Here’s the thing when everything appears to be going wrong: everything is going wrong.
The pitches are just a tick off, the opposition fastballs appear to have extra zip, the luck grandly sour. There are no runs and few answers. This is where the Nationals are.
They have lost five in a row. They have not scored in two days following Wednesday’s shutout in Philadelphia, this one a 3-0 loss with Max Scherzer pitching. They are nine games out of first place in the National League East -- that chase is over. They are six games out of a wild-card spot -- that chase is distant. The pressure has arrived.
“We definitely feel that,” Davey Martinez said. “We’re in the stretch run now. It’s here. It’s upon us.
“We need to start [Thursday]. The window of opportunity is closing. But, I’m not going to put this kind of pressure on these guys. Come out, win [Thursday], and go from there.”
Martinez doesn’t need to pressure them because they appear to be doing it themselves. The at-bats with runners in scoring position produce desperation. Leaving a game after six innings and in a 3-0 hole leads to frustration, the key term in Scherzer’s postgame interview.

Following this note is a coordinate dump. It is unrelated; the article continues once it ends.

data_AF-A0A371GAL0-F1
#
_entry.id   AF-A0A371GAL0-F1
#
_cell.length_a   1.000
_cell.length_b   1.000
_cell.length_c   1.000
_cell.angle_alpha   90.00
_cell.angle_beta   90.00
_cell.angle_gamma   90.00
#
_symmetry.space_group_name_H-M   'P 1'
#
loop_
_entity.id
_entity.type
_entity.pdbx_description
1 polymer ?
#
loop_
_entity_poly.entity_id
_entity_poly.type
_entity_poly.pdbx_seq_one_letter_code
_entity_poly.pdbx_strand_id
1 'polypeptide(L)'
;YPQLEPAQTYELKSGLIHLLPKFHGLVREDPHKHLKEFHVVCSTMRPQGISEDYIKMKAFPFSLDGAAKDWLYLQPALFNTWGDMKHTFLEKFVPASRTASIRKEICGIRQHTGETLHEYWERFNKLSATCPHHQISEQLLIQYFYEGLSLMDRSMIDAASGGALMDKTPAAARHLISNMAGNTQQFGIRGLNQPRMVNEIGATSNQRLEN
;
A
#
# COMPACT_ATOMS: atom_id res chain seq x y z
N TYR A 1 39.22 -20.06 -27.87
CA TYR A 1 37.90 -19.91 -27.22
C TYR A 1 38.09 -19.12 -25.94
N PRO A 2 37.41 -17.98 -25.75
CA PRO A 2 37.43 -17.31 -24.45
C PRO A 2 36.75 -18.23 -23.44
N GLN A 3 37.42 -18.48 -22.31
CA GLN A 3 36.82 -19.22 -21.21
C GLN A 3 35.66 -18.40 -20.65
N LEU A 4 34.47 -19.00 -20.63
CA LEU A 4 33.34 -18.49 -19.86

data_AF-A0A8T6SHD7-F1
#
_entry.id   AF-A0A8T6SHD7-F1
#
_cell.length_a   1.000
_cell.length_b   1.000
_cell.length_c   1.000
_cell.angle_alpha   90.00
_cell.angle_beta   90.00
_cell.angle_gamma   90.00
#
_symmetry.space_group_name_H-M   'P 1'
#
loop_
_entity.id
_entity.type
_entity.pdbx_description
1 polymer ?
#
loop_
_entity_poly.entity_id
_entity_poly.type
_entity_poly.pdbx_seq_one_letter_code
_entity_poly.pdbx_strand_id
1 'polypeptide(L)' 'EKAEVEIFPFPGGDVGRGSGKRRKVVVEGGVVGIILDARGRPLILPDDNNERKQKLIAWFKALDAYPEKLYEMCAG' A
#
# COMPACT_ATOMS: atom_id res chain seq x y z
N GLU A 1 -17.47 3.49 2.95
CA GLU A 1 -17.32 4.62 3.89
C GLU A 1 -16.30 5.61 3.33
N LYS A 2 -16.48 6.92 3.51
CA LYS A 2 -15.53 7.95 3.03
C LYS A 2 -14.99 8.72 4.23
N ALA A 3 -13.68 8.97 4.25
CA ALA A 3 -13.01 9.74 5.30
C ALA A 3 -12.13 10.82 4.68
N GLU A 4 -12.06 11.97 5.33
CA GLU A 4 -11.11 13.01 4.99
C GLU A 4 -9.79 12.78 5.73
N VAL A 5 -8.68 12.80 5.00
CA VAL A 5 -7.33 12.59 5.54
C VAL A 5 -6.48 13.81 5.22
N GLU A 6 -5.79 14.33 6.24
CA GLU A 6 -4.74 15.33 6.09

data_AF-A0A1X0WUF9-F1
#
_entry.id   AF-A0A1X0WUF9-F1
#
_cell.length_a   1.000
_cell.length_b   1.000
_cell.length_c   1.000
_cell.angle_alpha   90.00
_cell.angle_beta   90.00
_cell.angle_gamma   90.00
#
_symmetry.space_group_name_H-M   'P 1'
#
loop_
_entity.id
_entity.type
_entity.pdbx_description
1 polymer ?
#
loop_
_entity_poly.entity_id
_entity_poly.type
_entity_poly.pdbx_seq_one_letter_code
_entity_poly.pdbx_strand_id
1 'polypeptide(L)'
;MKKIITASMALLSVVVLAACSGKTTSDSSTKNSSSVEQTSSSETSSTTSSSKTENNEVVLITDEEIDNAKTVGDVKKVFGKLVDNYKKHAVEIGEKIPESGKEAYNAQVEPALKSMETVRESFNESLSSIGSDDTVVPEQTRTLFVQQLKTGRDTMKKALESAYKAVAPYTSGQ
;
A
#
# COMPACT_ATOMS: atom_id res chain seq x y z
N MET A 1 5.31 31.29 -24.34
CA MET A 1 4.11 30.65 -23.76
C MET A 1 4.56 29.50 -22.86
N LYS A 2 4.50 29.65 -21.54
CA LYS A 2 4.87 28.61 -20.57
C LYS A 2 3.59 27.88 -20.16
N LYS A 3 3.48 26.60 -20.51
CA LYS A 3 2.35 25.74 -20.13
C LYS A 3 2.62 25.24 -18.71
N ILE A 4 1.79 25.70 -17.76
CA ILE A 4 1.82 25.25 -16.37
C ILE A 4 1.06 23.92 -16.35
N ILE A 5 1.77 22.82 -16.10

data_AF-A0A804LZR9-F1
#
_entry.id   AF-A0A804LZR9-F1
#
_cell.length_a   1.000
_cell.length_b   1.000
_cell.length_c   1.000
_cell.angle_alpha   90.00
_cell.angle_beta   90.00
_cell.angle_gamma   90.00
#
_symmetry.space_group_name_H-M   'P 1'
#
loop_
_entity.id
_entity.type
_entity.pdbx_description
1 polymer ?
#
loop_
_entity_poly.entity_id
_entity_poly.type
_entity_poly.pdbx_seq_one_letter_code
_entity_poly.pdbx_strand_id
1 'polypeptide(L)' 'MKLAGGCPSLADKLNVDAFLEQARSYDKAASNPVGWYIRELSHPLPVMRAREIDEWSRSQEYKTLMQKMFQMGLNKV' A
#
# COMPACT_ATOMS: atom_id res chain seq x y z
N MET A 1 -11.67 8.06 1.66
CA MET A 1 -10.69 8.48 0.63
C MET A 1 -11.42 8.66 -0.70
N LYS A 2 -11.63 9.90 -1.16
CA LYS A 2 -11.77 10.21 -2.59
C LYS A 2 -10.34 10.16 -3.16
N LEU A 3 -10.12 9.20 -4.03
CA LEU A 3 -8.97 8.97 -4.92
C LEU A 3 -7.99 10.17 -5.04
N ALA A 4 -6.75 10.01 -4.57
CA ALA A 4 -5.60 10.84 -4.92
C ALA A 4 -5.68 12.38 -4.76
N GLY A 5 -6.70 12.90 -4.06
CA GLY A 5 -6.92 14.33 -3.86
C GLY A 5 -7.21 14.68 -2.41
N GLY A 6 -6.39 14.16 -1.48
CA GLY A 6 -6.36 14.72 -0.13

The NBC Sports Philadelphia feed showed Scherzer slamming his glove in the dugout after pitching coach Paul Menhart patted him on the back following the sixth inning. Scherzer was exiting the game because his pitch count was up. His final inning he allowed a solo home run to Jay Bruce in a 1-1 count. He also walked three on the evening, two of which scored. Add the personal responsibility he feels every start, and the glove takes an unsurprising beating.
“Frustrated,” Scherzer said. “Look, tensions are high. You want to go out there and win. As a starting pitcher, you want to pitch deep into the game and be winning the game. We’re on a losing streak and you want to be the stopper. I wasn’t. And, that’s frustrating.”
He referenced frustration multiple times during a six-minute interview. He also stated the team, now a dismal 12-22, can turn things around.
“I believe that if we were to flip things around and get going, we can get ourselves right back into this,” Scherzer said. “At the end of the day, we’re only a handful, just a few games out of contention, for as bad as we’ve all played.
“Anything can happen in a month. You can flip things around in a month. That’s why when you feel these losing streaks, you want to end them.”
Simulations from Fivethirtyeight.com and the eye test produce a much more dubious assessment. The web site gives the Nationals a nine-percent chance at the postseason. Watching their play and accumulating their problems suggests a turnaround is unlikely. They are starting to feel that tension. The season is close to succumbing to it.